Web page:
“The anti-semantic laws came and took over our lives. Slowly but surely. All our rights as human beings and citizens were eroded. Every year dozens of new orders and regulations to humiliate, and degrade, and rob us.”

The mistreatment was endless. The Jews were not allowed to enter certain professions. Nor were they allowed to go to university. There was heavy forced labor – and no escaping any of it.

Hedy explains they did all the heavy and dangerous work without the right food, clothing, warmth, or care that the Hungarian army received. Hedy’s husband was ordered to clean up while bombs were still falling. Thousands froze and starved.

Hedy describes her once-thriving city of Oradea, Romania. She talks about how wonderful it was at the time, with a theater, concert hall, and a beautiful river.

“Everything was there, except goodwill and kindness and tolerance for our differences. So when Hitler declared that the Jews must die, Hungary’s Nazis joined in with gusto. They just did it with such pleasure and interest they became better than the German ones.”

The Jews were asked to hand over “everything we valued.” Art. Jewelry. Bank accounts. Everything. Instead of going to university to prepare for their futures, they took the city's brightest to the labor camps.

Hedy’s parents sheltered her and wouldn’t discuss politics until she was out of the room.

“I was more naive than a first-grader with a TV is now. We didn’t even discuss it at school. We stuck strictly to our subjects, totally ignoring the world around us. We weren’t encouraged to think and ask questions. I love how schools and teachers encourage questions now. I think that’s really important, especially to know there are no stupid questions. So I encourage everyone who listens to me to ask questions.”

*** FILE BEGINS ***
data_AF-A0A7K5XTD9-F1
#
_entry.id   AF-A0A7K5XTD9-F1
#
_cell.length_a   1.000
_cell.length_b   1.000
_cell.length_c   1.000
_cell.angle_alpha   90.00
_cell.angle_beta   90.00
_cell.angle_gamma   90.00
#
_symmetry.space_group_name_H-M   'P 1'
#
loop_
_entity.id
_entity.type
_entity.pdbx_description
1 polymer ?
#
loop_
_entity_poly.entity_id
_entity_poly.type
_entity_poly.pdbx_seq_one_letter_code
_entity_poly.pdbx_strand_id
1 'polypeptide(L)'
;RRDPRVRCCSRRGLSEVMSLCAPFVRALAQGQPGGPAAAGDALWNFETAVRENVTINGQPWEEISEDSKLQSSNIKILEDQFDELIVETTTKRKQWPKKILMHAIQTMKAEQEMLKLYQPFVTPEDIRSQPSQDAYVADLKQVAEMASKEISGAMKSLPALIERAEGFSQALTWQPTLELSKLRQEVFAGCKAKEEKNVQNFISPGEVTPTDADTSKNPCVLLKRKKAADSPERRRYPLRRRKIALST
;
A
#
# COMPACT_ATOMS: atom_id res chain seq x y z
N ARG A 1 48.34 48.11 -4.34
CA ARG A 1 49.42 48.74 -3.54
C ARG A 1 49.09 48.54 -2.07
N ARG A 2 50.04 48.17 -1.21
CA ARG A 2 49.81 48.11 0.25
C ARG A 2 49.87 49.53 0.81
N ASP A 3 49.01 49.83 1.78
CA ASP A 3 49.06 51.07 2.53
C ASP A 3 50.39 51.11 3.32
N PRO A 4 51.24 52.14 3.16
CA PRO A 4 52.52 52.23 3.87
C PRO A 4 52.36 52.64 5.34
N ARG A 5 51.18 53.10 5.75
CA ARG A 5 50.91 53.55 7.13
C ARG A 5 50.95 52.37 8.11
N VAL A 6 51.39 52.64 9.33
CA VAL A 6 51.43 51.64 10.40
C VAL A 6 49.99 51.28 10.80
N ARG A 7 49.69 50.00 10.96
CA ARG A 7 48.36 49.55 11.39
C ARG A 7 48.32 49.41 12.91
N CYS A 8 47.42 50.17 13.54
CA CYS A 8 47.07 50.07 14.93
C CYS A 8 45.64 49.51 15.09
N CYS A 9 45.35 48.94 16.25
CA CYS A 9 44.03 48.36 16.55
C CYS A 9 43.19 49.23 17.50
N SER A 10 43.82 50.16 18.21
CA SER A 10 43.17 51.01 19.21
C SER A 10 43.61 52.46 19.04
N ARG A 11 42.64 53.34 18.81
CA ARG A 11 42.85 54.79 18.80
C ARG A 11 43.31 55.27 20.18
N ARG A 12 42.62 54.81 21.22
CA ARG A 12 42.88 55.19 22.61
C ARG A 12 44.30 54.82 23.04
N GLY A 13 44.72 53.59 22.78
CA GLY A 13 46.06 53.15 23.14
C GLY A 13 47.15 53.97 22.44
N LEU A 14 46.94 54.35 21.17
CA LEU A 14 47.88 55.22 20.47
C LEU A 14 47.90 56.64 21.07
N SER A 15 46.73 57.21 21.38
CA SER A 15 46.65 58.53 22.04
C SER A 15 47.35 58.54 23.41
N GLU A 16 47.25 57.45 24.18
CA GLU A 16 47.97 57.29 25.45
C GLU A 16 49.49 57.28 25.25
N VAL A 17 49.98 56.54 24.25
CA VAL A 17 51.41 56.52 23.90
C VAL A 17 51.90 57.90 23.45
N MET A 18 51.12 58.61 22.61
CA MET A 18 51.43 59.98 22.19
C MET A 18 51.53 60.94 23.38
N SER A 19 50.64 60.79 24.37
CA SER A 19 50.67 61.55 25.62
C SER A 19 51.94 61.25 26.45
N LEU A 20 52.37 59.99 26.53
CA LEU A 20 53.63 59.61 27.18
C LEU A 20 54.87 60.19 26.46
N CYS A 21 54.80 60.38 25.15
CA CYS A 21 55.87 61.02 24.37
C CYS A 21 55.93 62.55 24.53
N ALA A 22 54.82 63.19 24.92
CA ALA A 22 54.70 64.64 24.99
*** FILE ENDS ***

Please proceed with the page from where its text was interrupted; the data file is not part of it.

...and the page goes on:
In March of 1944, the authorities announced that school was canceled until further notice for Jewish children. “The principal expressed his deep regret and hoped that after the war, we could continue. That didn’t happen.”

Hedy’s mother then sewed a big yellow star on her coat and told her she couldn’t go out without it. “I knew I was different, but I couldn’t understand why. Why was I different? Because I’m Jewish? It made me feel humiliated and like an outcast – which is what they wanted.”

Things escalated quickly. Within a month, it was announced the Jews would be taken to a ghetto. Soldiers came into their homes and took them by force with instructions to pack a small overnight bag with nothing valuable. “Not that we had anything valuable to bring by then. We packed a change of clothes, a towel, a pillow, and a blanket. That was it.”

The Nazis led Hedy and her family to a one-bedroom apartment. There, the four families were each given a corner.

“Unlike memories which are so vivid of Auschwitz and my slave labor time in a German factory, I don’t remember anything about the ghetto. I know I turned sixteen there, but the rest is a blur. I don’t remember what we ate or what we did.”